Though the Helper business is recorded and therefore remembered as the property of Hanson Helper, women’s labor was essential to the creation and running of this business.This is because coverture, the dominant gendered legal system during the period in which the Helper’s ran their business, allowed a husband total control over his wife’s body, wages, and any property she inherited..12Linda K. Kerber, “Why Diamonds Really Are a Girl’s Best Friend,” Proceedings of the American Philosophical Society 153, no. 1 (March 2009), 60. Because of this, anything Sallie or Mattie Helper produced would have been listed in Hanson Helper’s name. This is why many women, with few exceptions of “keeping house,” are listed as lacking occupations in the 1860, 1870, and 1880 census. Census takers likely focused on obtaining an accurate count of women’s children—emphasizing their reproductive worth. Much of the labor these women and their daughters performed in the family store is effectively missing from the record.
Because it is almost impossible to track the trajectory of each Helper woman, we investigate the collective roles the women played in the household, store, home, and community. We do not know who performed which tasks, but enslaved women usually performed the heaviest labor in Southern households. In a typical week, these women and girls were responsible for a variety of tasks in the home.13Susan Strasser, Never Done: A History of American Housework (New York, NY: Pantheon, 1982).Sallie and later Mattie, their daughters, and enslaved women and girls prepared and preserved food, likely purchasing raw goods from nearby farmers to do so while selling some in the family store.14Jan Blodgett and Ralph B. Levering, One Town, Many Voices: A History of Davidson, North Carolina (Davidson, NC: Davidson Historical Society, 2012), 13 Enslaved women likely did the hard, manual labor of chopping wood, building fires, and pumping water for each meal. The endless work needed to feed family members, employees, and hotel guests is often overlooked in the historical record.
Women were also responsible for laundry, sewing, and ironing. The Helper women likely made some of their clothes, as their store sold fabrics and sewing materials.15Linda English, “Revealing Accounts: Women’s Lives and General Stores,” Historian 64, no. 3/4 (Spring/Summer 2002). Clearly, the work of “running the household” required a wide variety of skills and talents, despite that it was undervalued as an unskilled, inherent component of womanhood that did not merit monetary compensation.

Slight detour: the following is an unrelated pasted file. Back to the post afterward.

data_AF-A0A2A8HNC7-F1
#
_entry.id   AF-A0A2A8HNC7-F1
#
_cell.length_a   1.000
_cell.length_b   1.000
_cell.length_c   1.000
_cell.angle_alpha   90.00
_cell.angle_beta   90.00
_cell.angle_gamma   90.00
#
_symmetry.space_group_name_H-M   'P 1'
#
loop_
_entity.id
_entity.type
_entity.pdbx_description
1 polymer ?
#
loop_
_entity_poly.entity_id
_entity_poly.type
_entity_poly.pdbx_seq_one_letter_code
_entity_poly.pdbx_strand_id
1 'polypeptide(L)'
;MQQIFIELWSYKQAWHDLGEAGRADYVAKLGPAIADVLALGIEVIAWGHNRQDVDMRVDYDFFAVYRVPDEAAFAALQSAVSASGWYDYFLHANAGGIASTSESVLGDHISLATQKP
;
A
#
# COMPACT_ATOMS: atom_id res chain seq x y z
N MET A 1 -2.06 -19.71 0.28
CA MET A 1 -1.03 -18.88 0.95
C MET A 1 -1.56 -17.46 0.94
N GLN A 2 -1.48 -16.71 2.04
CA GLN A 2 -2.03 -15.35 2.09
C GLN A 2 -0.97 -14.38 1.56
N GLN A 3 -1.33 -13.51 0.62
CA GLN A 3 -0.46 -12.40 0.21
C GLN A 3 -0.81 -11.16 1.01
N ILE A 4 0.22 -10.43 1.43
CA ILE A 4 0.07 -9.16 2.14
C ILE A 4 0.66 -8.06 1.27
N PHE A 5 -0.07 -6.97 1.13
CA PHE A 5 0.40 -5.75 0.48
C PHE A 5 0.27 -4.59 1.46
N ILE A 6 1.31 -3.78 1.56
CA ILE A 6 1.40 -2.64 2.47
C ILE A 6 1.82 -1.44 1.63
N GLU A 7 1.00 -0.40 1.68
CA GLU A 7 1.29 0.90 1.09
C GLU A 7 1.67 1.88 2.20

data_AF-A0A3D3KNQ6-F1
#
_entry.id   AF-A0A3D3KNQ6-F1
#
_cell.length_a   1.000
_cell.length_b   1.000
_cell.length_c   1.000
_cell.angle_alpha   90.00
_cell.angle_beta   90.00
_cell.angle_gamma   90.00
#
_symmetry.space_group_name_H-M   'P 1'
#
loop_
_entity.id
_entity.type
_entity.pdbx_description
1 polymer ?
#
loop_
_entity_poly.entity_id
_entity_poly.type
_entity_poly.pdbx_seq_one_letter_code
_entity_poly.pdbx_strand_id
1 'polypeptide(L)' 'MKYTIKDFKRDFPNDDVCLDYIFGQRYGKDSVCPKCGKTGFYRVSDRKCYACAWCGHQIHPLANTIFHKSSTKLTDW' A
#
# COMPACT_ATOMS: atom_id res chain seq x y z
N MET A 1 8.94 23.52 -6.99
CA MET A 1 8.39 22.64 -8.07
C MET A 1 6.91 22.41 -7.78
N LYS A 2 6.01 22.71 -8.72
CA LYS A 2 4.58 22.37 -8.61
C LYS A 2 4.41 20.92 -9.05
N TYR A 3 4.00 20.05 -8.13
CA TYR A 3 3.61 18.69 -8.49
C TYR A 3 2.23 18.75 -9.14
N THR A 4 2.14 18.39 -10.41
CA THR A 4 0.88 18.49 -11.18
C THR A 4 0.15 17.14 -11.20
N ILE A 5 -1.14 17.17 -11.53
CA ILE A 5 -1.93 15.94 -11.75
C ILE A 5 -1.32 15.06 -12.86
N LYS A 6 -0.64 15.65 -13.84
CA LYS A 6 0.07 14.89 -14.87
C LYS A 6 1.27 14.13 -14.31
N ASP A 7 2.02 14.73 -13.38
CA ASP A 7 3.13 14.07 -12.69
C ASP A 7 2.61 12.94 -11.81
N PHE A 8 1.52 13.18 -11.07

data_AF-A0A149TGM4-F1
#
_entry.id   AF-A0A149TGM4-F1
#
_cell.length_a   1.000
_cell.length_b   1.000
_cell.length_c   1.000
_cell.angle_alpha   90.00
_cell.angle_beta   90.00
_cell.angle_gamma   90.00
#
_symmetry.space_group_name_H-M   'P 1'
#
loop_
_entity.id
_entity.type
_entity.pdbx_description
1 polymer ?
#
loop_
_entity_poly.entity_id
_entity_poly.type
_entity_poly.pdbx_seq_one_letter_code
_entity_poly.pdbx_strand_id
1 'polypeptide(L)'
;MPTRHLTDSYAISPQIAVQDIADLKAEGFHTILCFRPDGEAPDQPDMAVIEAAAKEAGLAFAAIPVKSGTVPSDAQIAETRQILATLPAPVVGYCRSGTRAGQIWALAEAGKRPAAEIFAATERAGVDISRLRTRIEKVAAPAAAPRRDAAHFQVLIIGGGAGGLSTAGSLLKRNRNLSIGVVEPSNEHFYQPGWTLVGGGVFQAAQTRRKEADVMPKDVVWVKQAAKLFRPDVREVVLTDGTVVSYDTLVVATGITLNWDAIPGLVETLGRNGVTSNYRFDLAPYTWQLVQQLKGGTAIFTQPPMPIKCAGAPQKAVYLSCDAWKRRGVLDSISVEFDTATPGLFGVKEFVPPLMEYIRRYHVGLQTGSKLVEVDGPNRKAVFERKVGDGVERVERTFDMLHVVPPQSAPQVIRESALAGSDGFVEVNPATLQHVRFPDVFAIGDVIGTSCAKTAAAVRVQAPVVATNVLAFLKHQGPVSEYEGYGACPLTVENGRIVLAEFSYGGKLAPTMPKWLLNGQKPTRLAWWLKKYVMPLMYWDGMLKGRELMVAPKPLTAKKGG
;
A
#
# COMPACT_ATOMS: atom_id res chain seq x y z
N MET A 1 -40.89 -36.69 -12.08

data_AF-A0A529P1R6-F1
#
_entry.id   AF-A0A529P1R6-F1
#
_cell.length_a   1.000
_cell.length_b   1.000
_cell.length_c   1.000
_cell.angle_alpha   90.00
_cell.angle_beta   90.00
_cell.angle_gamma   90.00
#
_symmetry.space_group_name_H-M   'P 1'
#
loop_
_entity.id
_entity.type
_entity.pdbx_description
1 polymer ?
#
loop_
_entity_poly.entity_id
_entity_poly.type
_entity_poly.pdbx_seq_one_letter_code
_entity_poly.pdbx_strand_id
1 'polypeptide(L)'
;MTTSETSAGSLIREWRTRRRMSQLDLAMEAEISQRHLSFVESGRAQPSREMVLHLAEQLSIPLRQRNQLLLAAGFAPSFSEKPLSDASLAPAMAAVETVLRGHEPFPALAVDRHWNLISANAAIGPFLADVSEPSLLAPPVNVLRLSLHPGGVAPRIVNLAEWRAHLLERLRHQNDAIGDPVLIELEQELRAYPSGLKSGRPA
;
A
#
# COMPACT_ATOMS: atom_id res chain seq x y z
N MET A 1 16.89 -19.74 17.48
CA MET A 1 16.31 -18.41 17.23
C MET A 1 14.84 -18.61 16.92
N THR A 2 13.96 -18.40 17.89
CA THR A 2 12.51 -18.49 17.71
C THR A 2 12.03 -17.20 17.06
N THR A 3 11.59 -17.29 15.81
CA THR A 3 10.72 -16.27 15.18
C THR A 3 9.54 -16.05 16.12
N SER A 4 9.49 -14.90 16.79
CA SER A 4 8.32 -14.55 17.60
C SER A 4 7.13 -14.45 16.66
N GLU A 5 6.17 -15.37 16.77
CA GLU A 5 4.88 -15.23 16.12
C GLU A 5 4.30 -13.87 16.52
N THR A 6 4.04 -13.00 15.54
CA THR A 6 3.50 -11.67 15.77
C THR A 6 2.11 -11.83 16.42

The Helper Businesses
The Helper Hotel existed at the intersection of women’s domestic labor and the male-dominated market economy. Hotels were commonly owned by men, but the upkeep was largely considered women’s work.16Wendy Gamber, “Tarnished Labor: The Home, the Market, and the Boardinghouse in Antebellum America,” Journal of the Early Republic 22, no. 2 (Summer 2002). Although not documented, most of the domestic labor in the hotel was performed by Helper’s wife, older daughters, enslaved women before emancipation, and potentially hired servants after the war: they washed, cleaned, and cooked. Helper’s literate daughters potentially worked in the store and could have assisted in record keeping, as women in mercantile families commonly did.17Gamber, “Tarnished Labor,” 179.
Though the Helpers employed a live-in male clerk via the 1870 census, the store’s success in town suggests that Mattie and the older daughters likely worked the counter of the store alongside hired employees.19U.S. Census Bureau, “Schedule I, Free Inhabitants in Mecklenburg, NC,” 1870. The Helper women facilitated purchasing, wrapped packages, and used the store as an outlet to connect with community members. It is not known exactly how much this labor was worth, but a nineteenth-century woman working as a clerk in the Midwest made about thirty dollars a month—demonstrating that the work of the Helper women was of high economic value, even if they were never paid.20English, “Revealing Accounts,” 572.
Davidson College and the store maintained good relations—students recalled fondly Mr. Helper’s kindness and intelligence.21Chalmers G. Davidson, “Lives of the Wayside Inn,” The State, November 15, 1971. Davidson College Archives, Davidson, NC. Davidson College also accepted a loan from Mr. Helper as they rebuilt after the Civil War.22Blodgett and Levering, One Town, 44. Further, while the college launched lawsuits against local businesses for selling alcohol to students, there is no record of such a lawsuit against the Helper business, despite that store ledgers indicate the sale of alcohol in the Helper store in 1873. The Helper store and the women who worked there provided important services, products, and community to Davidson College students.23Blodgett and Levering, One Town, 10.
Although the domestic labor of the Helper women was unpaid and left unrecognized in that only their Hanson’s name was legally attached to the business, it was not unimportant. Rather, the lack of pay and historical recognition attributed to the Helper women reflects a broader devaluation of the work associated with womanhood. In recognizing their work, agency, and skill, we can trouble the historical master narrative that seeks to make their contributions to the Davidson community invisible.